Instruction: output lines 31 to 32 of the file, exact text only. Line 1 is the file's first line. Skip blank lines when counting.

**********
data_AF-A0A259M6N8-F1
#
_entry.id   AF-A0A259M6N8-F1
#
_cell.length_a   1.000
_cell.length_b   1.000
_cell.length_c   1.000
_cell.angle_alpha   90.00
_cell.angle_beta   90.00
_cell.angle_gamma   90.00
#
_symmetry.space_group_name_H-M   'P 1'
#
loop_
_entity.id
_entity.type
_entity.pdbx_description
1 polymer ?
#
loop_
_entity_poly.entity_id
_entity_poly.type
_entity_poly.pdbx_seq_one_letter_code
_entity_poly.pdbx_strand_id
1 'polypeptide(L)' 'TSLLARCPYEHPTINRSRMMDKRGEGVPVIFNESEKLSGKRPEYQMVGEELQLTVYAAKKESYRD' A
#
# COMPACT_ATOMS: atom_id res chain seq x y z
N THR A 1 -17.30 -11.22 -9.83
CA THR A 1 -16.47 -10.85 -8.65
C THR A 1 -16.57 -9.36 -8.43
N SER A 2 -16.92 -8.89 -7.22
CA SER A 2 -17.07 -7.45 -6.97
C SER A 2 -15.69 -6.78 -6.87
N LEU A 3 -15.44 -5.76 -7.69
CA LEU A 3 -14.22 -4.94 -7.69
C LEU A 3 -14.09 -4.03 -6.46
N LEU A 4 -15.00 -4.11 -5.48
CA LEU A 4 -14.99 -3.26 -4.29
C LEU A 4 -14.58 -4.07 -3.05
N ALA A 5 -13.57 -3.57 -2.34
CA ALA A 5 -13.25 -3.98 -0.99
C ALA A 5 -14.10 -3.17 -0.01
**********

N SER A 2 -16.92 -8.89 -7.22
CA SER A 2 -17.07 -7.45 -6.97